Title: Polio and Post-Polio Syndrome
Category: Access To Children's Health Care
We are very close to eradicating polio in the North and South American continents. There have been no cases of wild polio in North America for several years; however, there were a thousand cases of polio in South America in 1986. This has improved to only nine cases in 1991, the last one being in October of 1991. The World Health Organization with the help of Rotary International and other groups including the American Academy of Pediatrics has actively worked together since 1985 to eradicate polio world wide.
In order to be certain there is no polio left, it will require three years of active surveillance confirming no cases of paralytic polio. This is probably a possibility in the relatively near future. There are still pockets of polio virus in very poor areas around the world so it is critical that all the groups working together continue their efforts. Rotary International should be commended for actively helping to raise money and good will toward this worthy goal.
Polio vaccine is usually given as a pink liquid called Oral Polio Vaccine. This is the Sabin vaccine which was developed in the fifties and given world wide in the sixties. This vaccine has helped tremendously to better immunize the world against polio.
Unfortunately, a rare case of this oral polio vaccine can cause symptoms in a highly susceptible individual such as the cancer patient on chemotherapy or an AIDS patient. With all the AIDS cases around, it is important to avoid giving oral polio vaccine to a person with active AIDS. These patients receive the older form of polio vaccine which is the killed virus and is not actively excreted from the body. This is called IPV, or inactivated polio vaccine. All Health Units have this vaccine and any patient with AIDS or immune suppression for any other cause can receive the vaccine through their Health Unit or physician. Children in homes with AIDS patients or cancer patients on chemotherapy should receive the IPV vaccine. Post-polio syndrome is a term used to describe chronic progressive changes occurring in patients who had polio in the past. Usually 20 to 30 years after having active paralytic polio patients notice a progressive weakening of their good muscles which have over compensated for so many years. The exact cause of post-polio syndrome is still being researched and is not clearly understood. I personally believe it is a wear-out phenomenon from over use and overachieving, typical of most post-polio victims. In other words, due to having a weak leg or arm, children who had polio in the 20's through 60's over-compensated building stronger arms or a single stronger leg to make up for the weaker limbs. They usually overcompensated in other ways too, such as academically or socially. Unfortunately, this over-compensation does take its toll eventually and most post-polio victims suffer from progressive back pain, leg pain and decreased mobility. There are several post-polio support groups around the country sponsored by the March of Dimes including one in Lafayette.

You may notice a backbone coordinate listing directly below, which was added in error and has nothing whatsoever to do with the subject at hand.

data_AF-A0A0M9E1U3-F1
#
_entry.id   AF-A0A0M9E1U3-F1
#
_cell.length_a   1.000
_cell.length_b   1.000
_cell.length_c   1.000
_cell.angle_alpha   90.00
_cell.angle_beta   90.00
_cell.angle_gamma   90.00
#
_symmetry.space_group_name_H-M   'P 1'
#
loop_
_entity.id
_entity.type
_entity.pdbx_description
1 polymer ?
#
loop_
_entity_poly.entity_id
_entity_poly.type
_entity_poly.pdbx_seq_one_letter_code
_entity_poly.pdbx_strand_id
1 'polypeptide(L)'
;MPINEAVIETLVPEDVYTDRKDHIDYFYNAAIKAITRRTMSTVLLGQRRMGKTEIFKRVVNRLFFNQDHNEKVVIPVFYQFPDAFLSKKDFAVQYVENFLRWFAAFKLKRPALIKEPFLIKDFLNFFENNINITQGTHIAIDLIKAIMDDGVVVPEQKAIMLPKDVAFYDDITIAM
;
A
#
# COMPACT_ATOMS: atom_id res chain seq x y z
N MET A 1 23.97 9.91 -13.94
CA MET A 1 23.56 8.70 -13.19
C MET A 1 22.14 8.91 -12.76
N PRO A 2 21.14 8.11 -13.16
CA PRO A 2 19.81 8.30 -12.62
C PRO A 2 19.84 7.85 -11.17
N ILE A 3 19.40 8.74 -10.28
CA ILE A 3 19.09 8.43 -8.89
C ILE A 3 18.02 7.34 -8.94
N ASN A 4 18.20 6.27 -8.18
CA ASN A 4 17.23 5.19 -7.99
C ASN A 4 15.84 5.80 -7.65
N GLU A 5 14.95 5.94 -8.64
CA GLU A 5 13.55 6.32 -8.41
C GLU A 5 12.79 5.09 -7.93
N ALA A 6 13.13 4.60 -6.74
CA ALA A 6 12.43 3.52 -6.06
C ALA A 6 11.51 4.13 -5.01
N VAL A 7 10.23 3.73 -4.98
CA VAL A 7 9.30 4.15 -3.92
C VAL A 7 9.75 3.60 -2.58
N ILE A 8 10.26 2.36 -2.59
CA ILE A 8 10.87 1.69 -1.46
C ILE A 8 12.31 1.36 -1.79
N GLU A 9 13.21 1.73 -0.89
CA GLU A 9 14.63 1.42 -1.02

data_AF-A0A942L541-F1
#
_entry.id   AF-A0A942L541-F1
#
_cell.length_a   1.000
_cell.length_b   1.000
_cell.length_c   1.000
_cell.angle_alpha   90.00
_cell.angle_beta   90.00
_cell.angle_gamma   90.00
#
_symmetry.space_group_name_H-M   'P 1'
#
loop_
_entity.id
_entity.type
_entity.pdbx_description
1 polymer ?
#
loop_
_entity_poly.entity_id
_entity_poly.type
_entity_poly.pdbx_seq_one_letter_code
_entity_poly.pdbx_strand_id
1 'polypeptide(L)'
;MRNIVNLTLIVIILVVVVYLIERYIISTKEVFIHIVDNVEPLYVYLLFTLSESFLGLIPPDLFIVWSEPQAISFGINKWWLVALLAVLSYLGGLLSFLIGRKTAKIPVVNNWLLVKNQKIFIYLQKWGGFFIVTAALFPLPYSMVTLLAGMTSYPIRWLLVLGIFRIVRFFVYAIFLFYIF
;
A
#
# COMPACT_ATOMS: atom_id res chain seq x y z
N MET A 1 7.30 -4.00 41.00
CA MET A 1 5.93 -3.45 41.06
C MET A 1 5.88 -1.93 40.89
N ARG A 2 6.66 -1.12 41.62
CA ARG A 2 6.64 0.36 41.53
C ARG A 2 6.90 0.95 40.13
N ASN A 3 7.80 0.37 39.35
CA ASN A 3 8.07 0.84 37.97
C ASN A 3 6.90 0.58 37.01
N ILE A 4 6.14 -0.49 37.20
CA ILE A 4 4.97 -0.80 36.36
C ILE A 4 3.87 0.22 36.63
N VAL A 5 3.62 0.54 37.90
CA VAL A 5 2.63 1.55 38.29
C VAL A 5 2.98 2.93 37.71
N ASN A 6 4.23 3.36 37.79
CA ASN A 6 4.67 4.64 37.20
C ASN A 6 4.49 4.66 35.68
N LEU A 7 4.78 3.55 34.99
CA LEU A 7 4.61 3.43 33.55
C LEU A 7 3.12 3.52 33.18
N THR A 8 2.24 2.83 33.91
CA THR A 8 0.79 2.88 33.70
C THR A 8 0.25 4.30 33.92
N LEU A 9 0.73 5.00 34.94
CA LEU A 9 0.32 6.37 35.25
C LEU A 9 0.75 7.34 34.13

In researching post-polio syndrome, I have done a lot of soul searching of my own. I had polio in 1954, which is one of the last epidemic years in the United States. I certainly was an over-achiever and over-compensated trying to participate in numerous sports and activities. I realized finally, in high school, that I couldn't play competitive football or basketball but still persisted in sports such as swimming, golf, tennis and later racquetball. Over the past 11 1/2 years since I have been in practice, I have noticed a slow and progressive weakness in my back muscles as well as leg muscles. This fortunately has been very slow and progressive and, despite scaring me every winter, has not been too bad.
The back pain, however, is fairly significant in cold weather and during times of heavy stress such as busy times of hard work and too much bending. Because of this progressive back pain and advice from several physicians specializing in post polio syndrome, I regret I will have to slow down and limit my practice to pediatric allergies only. I will always be thankful that I had the opportunity to practice general pediatrics like my Dad, who inspired me to want to be a good pediatrician like himself. I am thankful that I was able to recruit three fine pediatricians to come to Opelousas. They are Dr. Tom Jones, Dr. Greg Glowacki, and Dr. Rebecca Guidry. This makes me feel much better knowing that my general pediatric patients will have wonderful options for their care. We are also blessed with two other fine pediatricians still in very active practice in our community, Dr. Charles Bertrand and Dr. Thad Kretchmer. My mentor, Dr. George Prather is still active on occasion as well.